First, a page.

"Ugh...where did you put the Alka-Seltzer darling...I may look like a sex god, but I feel like crap!"
DB on the set of TMWFTE by Warren Peace. Nicked from the jealously guarded Blammo archives.
I'll paint you mornings of gold
Welcome back to the weekend column for and about people who love da man..
New Interview : NPR : 08/28/02
If you tuned in to NPR's 'Morning Edition' (USA) on Wednesday morning you might have been surprised to hear David (still in his pyjamas - see above ;-) talking to the host Renee Montagne about songwriting, specifically some of the songs from Heathen ("all the overnight crew (22 year olds) are in love with it" she tells David), and some snippets about parenthood 'Chez Bowie' over the last few days. David talks about his (unique - in my view) ability to provide an apt sonic background to inform the lyrics he writes, and Seven, who mailed in the link, selected this quote "Its the space in between the artist and the audience that is the real 'matter' of a piece of art" The interview really is fascinating stuff, and you can hear the whole thing, streaming here. Don't miss this..
Area: 2 review : Seattle Times : 08/19/02
I know you will empathise 100% with this great quote from the Seattle Times review of David's last date on the Area: 2 Tour. "...by far, the most amazing scene of the night was the audience behavior before Bowie's set. "Dude! C'mon, it's Bowie!," screamed one twentysomething man to his friends, who were closer to the top of the grassy hill. "C'MON!" His five friends responded by careening down the paved walkway to find a good spot closer to the stage. Within a few minutes, the kids and the older audience members merged for the first time. Every paved walkway leading to the stage was crammed with people clamoring to get closer to Bowie. Bowie performed decades of hits...while constant and loud audience cheers were the only thing all day to rival the volume of the thumping DJ tent.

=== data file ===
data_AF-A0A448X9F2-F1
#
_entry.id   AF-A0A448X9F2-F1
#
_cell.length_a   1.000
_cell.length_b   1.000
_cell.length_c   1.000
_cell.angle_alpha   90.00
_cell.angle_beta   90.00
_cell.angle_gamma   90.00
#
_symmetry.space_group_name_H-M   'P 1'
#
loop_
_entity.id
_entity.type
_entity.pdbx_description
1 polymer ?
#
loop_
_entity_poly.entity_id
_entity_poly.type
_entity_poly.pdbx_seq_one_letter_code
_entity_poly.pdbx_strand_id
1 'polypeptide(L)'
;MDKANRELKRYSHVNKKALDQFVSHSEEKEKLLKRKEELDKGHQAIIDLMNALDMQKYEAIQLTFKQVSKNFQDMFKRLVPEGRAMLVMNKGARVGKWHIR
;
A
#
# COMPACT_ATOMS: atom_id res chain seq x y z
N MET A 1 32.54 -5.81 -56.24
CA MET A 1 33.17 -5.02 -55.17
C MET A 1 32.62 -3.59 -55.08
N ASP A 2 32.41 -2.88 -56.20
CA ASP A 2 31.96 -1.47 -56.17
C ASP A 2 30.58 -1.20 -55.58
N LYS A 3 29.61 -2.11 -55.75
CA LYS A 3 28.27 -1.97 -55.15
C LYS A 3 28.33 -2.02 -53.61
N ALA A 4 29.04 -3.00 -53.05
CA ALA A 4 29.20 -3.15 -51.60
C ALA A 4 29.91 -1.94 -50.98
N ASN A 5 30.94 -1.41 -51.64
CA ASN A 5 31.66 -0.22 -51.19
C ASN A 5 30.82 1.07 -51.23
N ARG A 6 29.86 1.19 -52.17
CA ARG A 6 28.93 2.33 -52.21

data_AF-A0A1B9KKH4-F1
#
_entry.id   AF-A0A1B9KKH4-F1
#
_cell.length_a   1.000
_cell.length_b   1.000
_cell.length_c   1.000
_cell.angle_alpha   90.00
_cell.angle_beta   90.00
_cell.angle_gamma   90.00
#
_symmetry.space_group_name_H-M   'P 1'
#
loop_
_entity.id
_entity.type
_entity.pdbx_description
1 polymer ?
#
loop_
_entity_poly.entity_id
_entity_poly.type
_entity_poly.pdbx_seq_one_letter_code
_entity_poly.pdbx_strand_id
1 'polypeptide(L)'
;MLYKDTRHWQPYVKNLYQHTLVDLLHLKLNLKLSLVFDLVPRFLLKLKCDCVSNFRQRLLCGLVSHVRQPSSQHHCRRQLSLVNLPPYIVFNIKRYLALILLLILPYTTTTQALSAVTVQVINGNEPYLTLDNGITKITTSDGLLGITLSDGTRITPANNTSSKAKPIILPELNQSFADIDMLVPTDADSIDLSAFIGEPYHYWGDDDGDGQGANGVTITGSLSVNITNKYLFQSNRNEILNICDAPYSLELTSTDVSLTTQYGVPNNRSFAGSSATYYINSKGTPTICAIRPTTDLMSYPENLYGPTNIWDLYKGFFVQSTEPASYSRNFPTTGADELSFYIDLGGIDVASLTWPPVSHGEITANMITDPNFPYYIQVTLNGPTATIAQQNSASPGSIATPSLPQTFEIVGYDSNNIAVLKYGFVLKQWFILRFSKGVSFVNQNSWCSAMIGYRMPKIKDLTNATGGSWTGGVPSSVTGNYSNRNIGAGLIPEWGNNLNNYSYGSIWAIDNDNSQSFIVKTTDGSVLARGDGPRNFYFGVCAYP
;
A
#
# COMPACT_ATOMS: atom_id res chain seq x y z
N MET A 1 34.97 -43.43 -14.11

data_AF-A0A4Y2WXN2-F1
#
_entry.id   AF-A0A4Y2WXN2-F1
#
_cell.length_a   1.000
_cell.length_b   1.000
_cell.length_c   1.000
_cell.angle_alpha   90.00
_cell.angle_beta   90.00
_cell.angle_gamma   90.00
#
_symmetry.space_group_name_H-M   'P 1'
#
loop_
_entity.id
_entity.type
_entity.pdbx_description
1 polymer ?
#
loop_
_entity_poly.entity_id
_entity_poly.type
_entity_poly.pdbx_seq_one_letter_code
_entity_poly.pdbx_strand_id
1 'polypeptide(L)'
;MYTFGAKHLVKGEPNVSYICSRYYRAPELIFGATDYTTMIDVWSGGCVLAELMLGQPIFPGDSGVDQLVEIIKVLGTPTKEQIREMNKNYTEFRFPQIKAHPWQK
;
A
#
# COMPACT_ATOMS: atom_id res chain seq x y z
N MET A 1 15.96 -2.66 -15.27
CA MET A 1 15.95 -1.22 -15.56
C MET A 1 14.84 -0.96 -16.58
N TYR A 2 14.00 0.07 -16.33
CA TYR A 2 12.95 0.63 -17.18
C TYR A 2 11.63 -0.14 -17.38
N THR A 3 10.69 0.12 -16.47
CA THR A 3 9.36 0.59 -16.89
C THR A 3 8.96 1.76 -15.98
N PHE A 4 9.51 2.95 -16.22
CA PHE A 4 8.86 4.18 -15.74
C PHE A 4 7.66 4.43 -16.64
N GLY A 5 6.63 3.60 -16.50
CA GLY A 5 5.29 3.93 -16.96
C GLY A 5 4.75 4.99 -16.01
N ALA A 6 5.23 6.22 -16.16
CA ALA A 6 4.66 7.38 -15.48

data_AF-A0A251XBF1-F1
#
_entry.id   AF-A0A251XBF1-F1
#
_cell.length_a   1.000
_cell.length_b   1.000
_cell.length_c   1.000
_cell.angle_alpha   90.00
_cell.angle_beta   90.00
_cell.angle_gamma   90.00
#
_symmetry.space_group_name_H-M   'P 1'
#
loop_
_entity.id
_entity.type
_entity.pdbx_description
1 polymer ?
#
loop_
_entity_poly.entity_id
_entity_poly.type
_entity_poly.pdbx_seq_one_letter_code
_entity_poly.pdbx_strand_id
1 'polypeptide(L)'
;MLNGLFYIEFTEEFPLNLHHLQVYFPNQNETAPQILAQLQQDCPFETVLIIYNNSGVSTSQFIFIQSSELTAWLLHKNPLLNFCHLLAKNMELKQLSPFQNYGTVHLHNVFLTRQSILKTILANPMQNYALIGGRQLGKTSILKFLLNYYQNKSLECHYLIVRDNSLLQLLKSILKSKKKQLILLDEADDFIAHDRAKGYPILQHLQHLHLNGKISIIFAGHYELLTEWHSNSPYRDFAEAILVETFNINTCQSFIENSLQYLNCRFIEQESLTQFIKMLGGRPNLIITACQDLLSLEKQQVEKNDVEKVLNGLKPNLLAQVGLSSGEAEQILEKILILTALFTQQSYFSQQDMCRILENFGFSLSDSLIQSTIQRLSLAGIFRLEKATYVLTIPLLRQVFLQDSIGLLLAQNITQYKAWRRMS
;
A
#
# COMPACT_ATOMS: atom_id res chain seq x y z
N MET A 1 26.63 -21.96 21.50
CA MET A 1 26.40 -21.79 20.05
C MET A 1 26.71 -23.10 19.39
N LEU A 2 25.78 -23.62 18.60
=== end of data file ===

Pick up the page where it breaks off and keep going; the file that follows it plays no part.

Here's a lovely pic of db and Gail, backstage at Jay Leno.
Image: Mark Plati
And while on the subject of Area: 2, here are one or two more reviews which came in too late for the original gig news item deadlines. The press for these shows was just one big wave of ecstasy. A huge pleasure to read and to work with.
The Hollywood Reporter on L.A.:- "the Thin White Duke combined an elegant air with a deadpan sense of humor (" 'Heathen' -- I gotta pick up a copy of that; I understand it's really good," he quipped about his new album) and proved he's one of the best songwriters in rock 'n' roll, period.
Highlights of his total pleasure of a set included the new "Slip Away," with its sad-eyed, haunting grandeur, and the spare, syncopated "5:15 the Angels Have Gone." Bowie also took an enthusiastic audience through a tour of his decades of material.
"We're off to the '90s; pack your bags," he cracked before "Afraid of Americans." "Stay" was a percussive, soaring rave-up, while "Fame" remained its funky, resonant self. Several songs took on a new incarnation live: "Heroes" was bouncier than on disc, while "Let's Dance" sported a gloomy, atmospheric intro. "Ziggy Stardust" completed a memorable set.
and also the Mercury News on San Francisco:- The audience ate up each act. David Bowie got the biggest response, with a taut, tight, heavy-on-the-bass 90-minute set.. The 55-year-old English rocker, who wore a black suit and vest under a simple lit-up BOWIE sign, has been mixing experimental sounds with commercial ones for three decades.